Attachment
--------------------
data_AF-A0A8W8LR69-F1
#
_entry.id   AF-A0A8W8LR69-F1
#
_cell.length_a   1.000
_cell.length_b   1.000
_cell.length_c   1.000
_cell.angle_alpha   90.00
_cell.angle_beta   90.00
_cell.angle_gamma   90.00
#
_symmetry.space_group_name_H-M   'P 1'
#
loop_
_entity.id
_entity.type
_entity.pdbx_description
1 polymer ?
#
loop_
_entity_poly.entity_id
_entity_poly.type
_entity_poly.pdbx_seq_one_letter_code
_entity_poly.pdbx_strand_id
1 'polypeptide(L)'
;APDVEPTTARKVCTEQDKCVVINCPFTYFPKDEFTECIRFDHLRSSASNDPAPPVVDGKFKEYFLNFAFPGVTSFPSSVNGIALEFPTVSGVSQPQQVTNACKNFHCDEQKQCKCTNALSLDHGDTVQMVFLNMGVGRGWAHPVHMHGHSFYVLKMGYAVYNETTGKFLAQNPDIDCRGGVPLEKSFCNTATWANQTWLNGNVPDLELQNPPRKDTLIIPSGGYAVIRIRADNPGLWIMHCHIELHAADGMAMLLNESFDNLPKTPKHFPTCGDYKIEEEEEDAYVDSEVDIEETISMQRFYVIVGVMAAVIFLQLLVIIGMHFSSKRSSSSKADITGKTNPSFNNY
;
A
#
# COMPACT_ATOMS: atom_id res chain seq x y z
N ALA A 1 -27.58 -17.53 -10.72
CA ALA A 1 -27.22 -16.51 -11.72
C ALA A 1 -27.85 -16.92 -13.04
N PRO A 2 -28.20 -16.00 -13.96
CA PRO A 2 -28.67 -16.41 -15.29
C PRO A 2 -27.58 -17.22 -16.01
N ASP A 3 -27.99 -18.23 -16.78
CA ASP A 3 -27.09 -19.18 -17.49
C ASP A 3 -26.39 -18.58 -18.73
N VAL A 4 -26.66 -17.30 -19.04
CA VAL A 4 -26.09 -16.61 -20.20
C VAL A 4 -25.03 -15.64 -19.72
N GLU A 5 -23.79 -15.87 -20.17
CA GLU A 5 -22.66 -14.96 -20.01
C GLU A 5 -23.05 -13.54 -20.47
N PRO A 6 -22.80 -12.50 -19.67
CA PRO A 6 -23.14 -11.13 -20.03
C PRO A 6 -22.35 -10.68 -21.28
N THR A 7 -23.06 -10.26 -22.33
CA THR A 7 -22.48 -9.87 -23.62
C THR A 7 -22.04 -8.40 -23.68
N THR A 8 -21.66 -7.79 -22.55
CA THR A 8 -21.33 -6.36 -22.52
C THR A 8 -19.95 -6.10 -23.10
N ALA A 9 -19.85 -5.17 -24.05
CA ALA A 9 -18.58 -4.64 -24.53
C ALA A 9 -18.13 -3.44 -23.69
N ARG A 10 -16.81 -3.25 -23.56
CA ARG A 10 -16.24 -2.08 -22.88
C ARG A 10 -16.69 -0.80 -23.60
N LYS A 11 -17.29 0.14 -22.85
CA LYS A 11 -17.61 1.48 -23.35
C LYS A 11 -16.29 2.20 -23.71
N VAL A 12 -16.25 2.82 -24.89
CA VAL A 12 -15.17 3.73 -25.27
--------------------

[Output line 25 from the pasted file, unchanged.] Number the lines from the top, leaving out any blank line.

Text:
1 'polypeptide(L)'